Sounds of the South

Hey!  I’m glad you’re here!  This post is part of a 31 Day writing challenge hosted by The Nester.  During the month of October, I’m writing on Southern A Way of Life.  I will be back to my ‘regular’ posts in November.  Consider pushing that follow button to the right for all my latest posts.  Thanks y’all!

31 Day Button 2013.001Day 20

 “The most beautiful voice in the world is that of an educated Southern woman.”

Winston Churchill

The first time I met my in-laws, my boyfriend (now husband) and I arrived at their house very tired after traveling 15 hours straight from Mississippi to Illinois.  My father-in-law, upon meeting me, stated, “I’m really disappointed.”  I was taken aback by it and didn’t quite know what to think.  After a pause, he said that I didn’t have an accent.   He expected and wanted to hear a different dialect than the one I have.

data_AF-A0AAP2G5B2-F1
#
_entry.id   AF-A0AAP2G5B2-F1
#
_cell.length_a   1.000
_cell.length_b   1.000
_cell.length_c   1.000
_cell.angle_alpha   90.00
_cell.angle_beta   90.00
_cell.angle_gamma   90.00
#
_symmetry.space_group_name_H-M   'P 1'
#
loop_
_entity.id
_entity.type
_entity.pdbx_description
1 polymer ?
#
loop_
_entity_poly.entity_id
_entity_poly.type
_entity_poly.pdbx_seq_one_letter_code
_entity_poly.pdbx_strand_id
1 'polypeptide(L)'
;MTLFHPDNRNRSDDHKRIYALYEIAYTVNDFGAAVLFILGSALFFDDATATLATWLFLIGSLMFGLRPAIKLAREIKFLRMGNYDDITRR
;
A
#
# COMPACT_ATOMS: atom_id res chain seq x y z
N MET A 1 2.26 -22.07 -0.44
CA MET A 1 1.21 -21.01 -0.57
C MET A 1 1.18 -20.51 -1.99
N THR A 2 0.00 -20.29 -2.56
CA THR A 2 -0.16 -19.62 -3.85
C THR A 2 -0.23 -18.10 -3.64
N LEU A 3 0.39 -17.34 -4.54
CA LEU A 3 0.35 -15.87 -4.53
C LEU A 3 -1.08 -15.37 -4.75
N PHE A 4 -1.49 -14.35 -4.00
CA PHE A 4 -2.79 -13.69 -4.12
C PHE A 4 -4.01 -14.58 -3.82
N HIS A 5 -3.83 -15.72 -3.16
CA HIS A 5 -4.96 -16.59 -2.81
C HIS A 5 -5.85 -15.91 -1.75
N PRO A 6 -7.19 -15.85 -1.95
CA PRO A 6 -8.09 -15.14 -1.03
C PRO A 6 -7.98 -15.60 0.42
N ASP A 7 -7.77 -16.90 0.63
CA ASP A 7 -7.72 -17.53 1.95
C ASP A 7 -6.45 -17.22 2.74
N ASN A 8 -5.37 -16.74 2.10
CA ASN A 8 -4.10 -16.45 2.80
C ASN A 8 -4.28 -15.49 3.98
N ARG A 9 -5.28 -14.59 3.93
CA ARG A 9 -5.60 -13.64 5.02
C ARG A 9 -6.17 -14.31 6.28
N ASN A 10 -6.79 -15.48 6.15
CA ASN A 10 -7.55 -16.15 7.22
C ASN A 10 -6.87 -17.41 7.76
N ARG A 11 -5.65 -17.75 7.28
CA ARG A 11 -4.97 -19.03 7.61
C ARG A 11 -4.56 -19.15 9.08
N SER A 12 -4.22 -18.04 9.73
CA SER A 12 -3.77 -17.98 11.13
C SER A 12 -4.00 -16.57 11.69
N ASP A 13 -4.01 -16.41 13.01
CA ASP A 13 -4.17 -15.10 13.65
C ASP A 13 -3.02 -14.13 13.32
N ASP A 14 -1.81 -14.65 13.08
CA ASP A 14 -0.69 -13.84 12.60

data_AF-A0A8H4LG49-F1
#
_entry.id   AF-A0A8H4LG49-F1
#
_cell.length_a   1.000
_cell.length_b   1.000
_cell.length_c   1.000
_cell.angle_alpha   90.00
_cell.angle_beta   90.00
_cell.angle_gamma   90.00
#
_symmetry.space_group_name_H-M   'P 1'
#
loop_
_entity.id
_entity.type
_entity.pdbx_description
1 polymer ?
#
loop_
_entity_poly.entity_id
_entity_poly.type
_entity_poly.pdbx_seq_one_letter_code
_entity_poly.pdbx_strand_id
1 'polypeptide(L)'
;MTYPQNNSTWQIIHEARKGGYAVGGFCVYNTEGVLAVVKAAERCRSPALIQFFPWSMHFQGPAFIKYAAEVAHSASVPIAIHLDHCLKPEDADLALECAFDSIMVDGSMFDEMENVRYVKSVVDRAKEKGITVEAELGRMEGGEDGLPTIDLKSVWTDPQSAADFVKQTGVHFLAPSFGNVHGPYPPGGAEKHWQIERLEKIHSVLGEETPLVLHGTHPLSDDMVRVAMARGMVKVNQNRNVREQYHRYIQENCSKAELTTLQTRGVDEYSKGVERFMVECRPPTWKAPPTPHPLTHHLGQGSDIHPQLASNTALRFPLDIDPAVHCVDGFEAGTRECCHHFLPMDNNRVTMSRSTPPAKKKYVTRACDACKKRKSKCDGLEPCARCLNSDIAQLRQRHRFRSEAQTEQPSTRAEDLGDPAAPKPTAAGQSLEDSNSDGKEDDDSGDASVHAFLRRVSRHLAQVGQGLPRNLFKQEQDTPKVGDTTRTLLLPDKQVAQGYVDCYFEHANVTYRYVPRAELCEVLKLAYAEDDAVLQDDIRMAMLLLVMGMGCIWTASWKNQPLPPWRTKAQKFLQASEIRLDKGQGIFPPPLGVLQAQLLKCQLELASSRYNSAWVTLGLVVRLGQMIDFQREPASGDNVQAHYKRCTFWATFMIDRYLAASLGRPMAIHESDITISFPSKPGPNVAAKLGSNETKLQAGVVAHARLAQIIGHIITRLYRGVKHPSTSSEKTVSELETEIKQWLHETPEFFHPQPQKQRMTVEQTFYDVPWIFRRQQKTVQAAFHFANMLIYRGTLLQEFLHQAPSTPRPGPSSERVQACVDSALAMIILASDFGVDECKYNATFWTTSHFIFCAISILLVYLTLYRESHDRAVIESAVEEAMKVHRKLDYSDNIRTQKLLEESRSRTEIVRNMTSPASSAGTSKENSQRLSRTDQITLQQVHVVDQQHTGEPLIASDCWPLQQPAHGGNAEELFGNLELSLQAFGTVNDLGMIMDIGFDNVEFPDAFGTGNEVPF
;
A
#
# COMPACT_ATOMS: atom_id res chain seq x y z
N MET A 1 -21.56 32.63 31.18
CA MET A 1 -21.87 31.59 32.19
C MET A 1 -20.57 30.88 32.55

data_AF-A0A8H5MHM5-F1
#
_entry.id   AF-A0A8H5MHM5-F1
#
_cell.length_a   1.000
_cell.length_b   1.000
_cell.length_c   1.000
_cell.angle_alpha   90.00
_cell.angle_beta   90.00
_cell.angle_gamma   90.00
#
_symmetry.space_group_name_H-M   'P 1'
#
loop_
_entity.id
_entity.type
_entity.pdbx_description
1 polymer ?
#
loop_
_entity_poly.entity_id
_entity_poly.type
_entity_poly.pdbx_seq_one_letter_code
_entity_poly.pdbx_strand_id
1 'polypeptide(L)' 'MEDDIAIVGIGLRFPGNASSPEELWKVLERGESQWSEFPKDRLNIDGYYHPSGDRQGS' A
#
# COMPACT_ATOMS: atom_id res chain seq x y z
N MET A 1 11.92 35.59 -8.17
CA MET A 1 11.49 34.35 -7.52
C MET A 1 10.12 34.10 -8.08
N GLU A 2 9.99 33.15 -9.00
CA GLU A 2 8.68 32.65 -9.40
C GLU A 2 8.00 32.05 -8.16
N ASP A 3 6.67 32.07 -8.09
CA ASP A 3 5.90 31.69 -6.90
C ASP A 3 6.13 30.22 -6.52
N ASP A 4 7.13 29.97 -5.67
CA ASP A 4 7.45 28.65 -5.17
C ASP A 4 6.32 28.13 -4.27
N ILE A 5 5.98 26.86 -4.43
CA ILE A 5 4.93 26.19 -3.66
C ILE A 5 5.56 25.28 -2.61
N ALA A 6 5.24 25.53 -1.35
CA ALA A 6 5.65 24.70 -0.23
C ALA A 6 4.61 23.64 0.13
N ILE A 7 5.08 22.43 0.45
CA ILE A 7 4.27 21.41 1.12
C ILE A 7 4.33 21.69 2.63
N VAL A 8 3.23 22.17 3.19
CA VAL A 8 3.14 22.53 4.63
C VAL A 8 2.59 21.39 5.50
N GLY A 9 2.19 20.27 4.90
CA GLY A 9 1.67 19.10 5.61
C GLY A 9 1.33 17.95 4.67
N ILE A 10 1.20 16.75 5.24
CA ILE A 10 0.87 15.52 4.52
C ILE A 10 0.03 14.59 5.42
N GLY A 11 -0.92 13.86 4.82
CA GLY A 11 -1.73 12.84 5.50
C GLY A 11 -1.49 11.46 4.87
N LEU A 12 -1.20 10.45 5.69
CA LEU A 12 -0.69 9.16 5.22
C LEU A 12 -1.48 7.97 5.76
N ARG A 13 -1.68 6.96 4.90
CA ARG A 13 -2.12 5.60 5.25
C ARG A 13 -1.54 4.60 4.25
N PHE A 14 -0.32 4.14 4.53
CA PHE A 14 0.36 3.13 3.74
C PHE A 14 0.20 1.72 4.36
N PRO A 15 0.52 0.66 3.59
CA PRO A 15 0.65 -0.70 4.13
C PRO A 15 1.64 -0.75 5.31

Dialects are the broad term that encompasses the syntax, morphology and semantic properties of an area’s language.  For example, a dialect could employ the use of double negatives, a certain word choice to refer to an item like I talked about on Day 6 of this series or perhaps what influences helped form the dialect.  An accent is how words are pronounced and is one component of a person’s dialect.

Dialects in the South are numerous and vary by locale, race, socioeconomic background and influence from a person’s exposure to others who speak differently.  Doodlebug and I make an attempt at trying to make sense of it all on the video.  However, if you’re really curious about dialects, I found these great articles here and here that I think you’ll find very interesting.

To view all of the posts in this series, click here

What is your favorite dialect?

Blessings,

Mimi

“When they heard this sound, a crowd came together in bewilderment, because each one heard them speaking in his own language.”  Acts 2:6 NIV Bible

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